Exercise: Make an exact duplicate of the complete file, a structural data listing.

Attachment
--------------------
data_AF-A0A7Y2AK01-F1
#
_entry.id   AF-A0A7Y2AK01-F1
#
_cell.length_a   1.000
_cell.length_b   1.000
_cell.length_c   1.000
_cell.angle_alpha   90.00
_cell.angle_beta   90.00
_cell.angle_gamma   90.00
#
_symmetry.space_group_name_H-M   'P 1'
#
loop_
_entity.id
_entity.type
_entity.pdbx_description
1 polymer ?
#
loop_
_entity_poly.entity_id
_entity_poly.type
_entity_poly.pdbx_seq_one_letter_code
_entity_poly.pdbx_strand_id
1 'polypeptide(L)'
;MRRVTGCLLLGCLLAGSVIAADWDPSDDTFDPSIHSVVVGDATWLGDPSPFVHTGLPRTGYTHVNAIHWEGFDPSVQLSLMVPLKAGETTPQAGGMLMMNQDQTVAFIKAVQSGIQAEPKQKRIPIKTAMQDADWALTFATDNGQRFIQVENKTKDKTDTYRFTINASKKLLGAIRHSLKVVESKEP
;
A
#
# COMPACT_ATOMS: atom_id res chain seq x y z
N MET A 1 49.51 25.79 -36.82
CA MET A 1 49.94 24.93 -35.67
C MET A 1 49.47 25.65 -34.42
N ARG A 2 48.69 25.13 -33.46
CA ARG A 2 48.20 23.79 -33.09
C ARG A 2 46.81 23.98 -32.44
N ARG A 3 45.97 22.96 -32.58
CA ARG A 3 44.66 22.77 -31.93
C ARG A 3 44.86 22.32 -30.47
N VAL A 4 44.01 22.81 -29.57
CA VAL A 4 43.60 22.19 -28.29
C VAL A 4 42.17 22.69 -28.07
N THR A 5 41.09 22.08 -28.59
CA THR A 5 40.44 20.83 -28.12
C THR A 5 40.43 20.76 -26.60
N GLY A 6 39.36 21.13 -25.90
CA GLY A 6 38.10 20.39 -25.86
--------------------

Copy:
data_AF-A0A7Y2AK01-F1
#
_entry.id   AF-A0A7Y2AK01-F1
#
_cell.length_a   1.000
_cell.length_b   1.000
_cell.length_c   1.000
_cell.angle_alpha   90.00
_cell.angle_beta   90.00
_cell.angle_gamma   90.00
#
_symmetry.space_group_name_H-M   'P 1'
#
loop_
_entity.id
_entity.type
_entity.pdbx_description
1 polymer ?
#
loop_
_entity_poly.entity_id
_entity_poly.type
_entity_poly.pdbx_seq_one_letter_code
_entity_poly.pdbx_strand_id
1 'polypeptide(L)'
;MRRVTGCLLLGCLLAGSVIAADWDPSDDTFDPSIHSVVVGDATWLGDPSPFVHTGLPRTGYTHVNAIHWEGFDPSVQLSLMVPLKAGETTPQAGGMLMMNQDQTVAFIKAVQSGIQAEPKQKRIPIKTAMQDADWALTFATDNGQRFIQVENKTKDKTDTYRFTINASKKLLGAIRHSLKVVESKEP
;
A
#
# COMPACT_ATOMS: atom_id res chain seq x y z
N MET A 1 49.51 25.79 -36.82
CA MET A 1 49.94 24.93 -35.67
C MET A 1 49.47 25.65 -34.42
N ARG A 2 48.69 25.13 -33.46
CA ARG A 2 48.20 23.79 -33.09
C ARG A 2 46.81 23.98 -32.44
N ARG A 3 45.97 22.96 -32.58
CA ARG A 3 44.66 22.77 -31.93
C ARG A 3 44.86 22.32 -30.47
N VAL A 4 44.01 22.81 -29.57
CA VAL A 4 43.60 22.19 -28.29
C VAL A 4 42.17 22.69 -28.07
N THR A 5 41.09 22.08 -28.59
CA THR A 5 40.44 20.83 -28.12
C THR A 5 40.43 20.76 -26.60
N GLY A 6 39.36 21.13 -25.90
CA GLY A 6 38.10 20.39 -25.86